Culinary Secrets of the Mercado de Jamaica

$115 USD/person

  • Fee includes everything consumed on the walk
  • Group Size: 2-7
  • Start/End: 10:00am-3:30pm
  • Duration: about 5.5 hours
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The best way to understand Mexico is through its markets. These bustling and colorful places are where the country’s soul – culinary and otherwise – truly resides. And, in our opinion, there is no better market through which to do this soul searching then at Mexico City’s Jamaica Market.

One of Mexico City’s oldest markets, the Mercado Jamaica (the name means “hibiscus”) is also the city’s main wholesale flower market, a riotously colorful place where vendors sell everything from bright orange marigolds to deep red terciopelos. Beyond flowers, the market is also one of Mexico City’s top food destinations, home to a dizzying mix of street food sellers and small specialty restaurants. Located in what it was the southeast edge of the Aztec capital city in pre-Colonial times, the market is still outside of Mexico City’s main tourist zone, keeping it very much a true locals place.

On this walk through the market, we’ll meet its vendors and food makers, learning about how the market works and the important role it plays in daily Mexico City life. To get there, we’ll travel together on the subway to a station just outside the city center. Inside the market, we’ll visit some of the 1,500 stalls selling more than 5,000 different types of flowers coming from eight different Mexican states. We’ll also explore the market’s other sections, dedicated to fruits and vegetables, kitchen utensils, piñatas and party favors, learning about the different ingredients that are the building blocks of Mexico’s culture and its inimitable cuisine.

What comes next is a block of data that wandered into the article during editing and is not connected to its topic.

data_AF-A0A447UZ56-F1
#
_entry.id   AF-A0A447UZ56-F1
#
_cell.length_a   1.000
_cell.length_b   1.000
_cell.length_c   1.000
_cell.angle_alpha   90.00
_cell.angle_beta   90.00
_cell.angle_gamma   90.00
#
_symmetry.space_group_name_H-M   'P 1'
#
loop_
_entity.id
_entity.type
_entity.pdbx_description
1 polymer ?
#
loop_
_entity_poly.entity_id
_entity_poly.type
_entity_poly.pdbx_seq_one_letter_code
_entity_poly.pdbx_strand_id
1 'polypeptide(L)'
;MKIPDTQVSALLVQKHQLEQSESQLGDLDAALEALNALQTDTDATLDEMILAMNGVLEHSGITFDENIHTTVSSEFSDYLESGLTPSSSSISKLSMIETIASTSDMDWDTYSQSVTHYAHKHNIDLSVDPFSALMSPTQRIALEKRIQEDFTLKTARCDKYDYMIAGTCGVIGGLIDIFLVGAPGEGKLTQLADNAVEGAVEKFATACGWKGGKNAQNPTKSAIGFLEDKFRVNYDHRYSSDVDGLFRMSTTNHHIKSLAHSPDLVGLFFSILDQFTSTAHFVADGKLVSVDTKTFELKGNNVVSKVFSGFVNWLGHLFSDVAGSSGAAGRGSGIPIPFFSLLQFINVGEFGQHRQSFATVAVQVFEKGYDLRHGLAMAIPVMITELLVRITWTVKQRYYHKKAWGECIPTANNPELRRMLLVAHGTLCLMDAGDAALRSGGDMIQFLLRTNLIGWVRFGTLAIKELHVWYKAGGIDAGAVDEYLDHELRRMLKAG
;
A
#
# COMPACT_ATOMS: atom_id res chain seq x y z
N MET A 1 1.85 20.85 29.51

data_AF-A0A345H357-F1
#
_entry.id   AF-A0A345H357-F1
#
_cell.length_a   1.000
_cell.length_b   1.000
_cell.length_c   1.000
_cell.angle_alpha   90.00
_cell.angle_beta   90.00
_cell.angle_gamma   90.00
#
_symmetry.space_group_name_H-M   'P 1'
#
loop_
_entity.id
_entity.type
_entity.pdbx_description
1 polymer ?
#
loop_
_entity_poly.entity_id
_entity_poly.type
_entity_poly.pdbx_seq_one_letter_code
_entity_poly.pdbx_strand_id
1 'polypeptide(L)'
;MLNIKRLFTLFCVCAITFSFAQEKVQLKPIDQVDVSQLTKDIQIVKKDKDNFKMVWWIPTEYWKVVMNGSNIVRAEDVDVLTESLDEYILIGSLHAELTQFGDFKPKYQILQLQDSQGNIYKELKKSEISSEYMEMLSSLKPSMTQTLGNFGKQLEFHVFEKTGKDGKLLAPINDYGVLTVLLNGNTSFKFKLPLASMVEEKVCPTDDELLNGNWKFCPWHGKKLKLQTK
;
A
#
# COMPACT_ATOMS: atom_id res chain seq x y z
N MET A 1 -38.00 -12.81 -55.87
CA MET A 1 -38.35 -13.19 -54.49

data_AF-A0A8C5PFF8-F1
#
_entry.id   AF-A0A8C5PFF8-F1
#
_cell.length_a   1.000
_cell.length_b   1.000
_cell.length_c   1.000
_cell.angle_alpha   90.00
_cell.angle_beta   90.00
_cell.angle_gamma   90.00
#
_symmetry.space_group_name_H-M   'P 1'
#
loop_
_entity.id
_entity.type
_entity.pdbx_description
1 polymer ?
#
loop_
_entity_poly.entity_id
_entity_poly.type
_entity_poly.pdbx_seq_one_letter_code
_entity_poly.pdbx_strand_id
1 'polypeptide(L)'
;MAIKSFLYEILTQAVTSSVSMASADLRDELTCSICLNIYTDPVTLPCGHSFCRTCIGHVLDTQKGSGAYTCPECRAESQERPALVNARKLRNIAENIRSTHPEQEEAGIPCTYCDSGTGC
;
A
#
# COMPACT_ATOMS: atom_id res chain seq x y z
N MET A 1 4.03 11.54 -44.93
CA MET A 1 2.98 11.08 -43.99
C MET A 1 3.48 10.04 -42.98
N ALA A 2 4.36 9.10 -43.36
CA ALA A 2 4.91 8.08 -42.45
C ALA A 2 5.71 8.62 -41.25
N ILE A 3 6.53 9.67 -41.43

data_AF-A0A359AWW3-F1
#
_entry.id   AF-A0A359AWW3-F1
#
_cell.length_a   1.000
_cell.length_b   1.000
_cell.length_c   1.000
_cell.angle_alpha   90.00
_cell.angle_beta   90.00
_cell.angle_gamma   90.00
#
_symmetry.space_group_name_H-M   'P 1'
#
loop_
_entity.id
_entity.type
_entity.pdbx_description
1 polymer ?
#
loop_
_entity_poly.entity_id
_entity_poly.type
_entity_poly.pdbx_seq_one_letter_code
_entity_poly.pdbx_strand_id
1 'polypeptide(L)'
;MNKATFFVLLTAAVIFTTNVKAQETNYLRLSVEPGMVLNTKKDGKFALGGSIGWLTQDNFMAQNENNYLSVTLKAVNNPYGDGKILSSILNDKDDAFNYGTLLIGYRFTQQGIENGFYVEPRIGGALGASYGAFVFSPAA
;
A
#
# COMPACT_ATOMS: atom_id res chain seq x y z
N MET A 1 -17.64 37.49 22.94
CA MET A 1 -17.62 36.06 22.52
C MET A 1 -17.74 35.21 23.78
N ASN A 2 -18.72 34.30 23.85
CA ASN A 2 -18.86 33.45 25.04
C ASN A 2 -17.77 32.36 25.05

Our main focus, of course, will be the market’s food. We’ll start at a taqueria for an edible taco tutorial, learning about different kinds such as carnitas (deep-fried pork), carne asada (grilled steak), and al pastor (marinated spit-roasted pork). We’ll also stop at a family-run place that invented huaraches – long corn-meal paddles filled with refried beans and countless other ingredients. We’ll also try handmade tamales, the best green chile chorizo tacos of the city, blue corn quesadillas, street corn, and mutton from El Profe, a former school teacher who fifty years ago decided to leave his profession to raise his own sheep and open a taquería in the market.

After touring the market we’ll drop by a traditional pulquería, which serves a slightly fermented drink made from agave sap that was considered the nectar of the Gods by several pre-Hispanic civilizations. Once seen as a poor man’s drink, pulque is now making a comeback in Mexico City, giving old bars like this one a new lease on life and offering us another chance to contemplate – over a drink – the mysteries of Mexico.